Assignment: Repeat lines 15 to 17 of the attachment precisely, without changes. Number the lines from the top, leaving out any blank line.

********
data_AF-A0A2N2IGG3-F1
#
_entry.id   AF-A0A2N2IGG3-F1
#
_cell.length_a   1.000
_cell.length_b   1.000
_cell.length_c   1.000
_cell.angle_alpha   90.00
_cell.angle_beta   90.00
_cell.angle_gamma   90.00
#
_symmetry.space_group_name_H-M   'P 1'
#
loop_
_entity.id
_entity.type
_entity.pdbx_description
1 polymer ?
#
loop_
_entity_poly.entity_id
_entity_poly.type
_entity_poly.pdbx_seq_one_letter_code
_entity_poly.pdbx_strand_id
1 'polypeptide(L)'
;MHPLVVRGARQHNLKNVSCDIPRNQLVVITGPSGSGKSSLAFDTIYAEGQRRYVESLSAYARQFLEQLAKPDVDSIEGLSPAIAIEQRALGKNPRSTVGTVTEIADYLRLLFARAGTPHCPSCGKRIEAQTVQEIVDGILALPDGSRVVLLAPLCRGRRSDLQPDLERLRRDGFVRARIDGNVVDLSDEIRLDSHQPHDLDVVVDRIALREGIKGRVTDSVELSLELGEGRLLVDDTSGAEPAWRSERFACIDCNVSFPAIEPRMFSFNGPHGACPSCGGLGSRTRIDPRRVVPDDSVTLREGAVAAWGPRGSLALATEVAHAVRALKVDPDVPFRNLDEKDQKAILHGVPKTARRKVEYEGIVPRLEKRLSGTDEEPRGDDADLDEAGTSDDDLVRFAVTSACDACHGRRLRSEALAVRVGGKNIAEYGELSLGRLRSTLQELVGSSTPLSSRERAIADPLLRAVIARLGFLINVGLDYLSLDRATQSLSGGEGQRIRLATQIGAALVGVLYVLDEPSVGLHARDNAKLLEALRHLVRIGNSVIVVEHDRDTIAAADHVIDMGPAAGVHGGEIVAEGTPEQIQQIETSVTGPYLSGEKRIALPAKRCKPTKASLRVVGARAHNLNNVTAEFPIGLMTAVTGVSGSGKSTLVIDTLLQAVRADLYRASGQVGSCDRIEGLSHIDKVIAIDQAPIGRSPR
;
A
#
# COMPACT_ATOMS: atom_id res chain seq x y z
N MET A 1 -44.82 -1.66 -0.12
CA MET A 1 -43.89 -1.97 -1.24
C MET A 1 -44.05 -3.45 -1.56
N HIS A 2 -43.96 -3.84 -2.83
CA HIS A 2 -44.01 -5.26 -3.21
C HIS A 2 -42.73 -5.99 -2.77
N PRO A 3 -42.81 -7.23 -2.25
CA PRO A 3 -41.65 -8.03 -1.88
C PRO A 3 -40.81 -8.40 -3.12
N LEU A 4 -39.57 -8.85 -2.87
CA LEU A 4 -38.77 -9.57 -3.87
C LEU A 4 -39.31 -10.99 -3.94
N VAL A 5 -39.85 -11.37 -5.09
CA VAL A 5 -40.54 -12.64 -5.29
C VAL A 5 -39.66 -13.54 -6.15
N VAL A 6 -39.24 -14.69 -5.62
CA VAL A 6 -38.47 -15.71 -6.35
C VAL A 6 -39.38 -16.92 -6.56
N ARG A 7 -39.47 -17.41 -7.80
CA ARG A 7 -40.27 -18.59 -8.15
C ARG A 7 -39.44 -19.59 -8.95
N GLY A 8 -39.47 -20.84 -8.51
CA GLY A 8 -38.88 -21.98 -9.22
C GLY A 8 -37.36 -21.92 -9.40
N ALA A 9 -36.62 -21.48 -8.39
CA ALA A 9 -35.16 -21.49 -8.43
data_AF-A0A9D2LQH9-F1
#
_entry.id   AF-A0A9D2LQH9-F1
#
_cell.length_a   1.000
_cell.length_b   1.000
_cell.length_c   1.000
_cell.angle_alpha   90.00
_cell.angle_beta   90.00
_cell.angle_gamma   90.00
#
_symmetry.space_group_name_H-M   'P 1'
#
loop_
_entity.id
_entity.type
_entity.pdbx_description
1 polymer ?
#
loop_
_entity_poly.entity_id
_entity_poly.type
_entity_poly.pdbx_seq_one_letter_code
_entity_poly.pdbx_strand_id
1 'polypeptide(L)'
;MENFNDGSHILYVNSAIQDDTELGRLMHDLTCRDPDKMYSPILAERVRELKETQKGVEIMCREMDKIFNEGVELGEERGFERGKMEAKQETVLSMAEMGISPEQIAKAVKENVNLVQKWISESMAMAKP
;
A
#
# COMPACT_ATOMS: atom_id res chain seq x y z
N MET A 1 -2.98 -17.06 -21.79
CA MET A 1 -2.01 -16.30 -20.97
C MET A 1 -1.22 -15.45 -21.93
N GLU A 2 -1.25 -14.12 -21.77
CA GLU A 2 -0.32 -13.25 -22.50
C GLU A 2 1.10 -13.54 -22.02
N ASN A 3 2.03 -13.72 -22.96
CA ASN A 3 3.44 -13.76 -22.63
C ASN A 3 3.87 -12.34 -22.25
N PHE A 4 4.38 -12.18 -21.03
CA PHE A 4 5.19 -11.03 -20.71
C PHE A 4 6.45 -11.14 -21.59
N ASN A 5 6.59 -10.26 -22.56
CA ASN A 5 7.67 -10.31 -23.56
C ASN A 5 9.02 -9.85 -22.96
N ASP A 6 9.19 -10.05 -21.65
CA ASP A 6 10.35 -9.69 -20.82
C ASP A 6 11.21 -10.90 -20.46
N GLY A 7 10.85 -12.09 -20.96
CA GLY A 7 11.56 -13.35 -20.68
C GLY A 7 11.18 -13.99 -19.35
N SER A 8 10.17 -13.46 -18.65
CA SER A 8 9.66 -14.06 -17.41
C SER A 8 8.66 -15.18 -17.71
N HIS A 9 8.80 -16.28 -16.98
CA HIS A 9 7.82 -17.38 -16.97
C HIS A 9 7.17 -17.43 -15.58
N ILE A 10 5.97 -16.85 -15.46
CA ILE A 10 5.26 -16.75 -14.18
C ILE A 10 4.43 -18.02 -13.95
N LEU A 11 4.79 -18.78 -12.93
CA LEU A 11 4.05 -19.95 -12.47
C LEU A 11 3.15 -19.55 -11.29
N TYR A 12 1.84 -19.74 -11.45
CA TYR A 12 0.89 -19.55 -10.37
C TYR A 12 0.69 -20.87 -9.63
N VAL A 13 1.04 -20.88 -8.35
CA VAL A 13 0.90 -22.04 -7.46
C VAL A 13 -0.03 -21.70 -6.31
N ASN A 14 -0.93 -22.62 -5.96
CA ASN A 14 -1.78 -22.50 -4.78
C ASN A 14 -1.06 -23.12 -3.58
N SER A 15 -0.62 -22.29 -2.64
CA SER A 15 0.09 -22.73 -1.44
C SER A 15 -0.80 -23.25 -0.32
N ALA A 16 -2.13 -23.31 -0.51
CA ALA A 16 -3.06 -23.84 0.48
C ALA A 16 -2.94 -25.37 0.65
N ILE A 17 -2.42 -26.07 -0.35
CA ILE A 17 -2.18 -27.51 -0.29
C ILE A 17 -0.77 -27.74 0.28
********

_entity.id
_entity.type
_entity.pdbx_description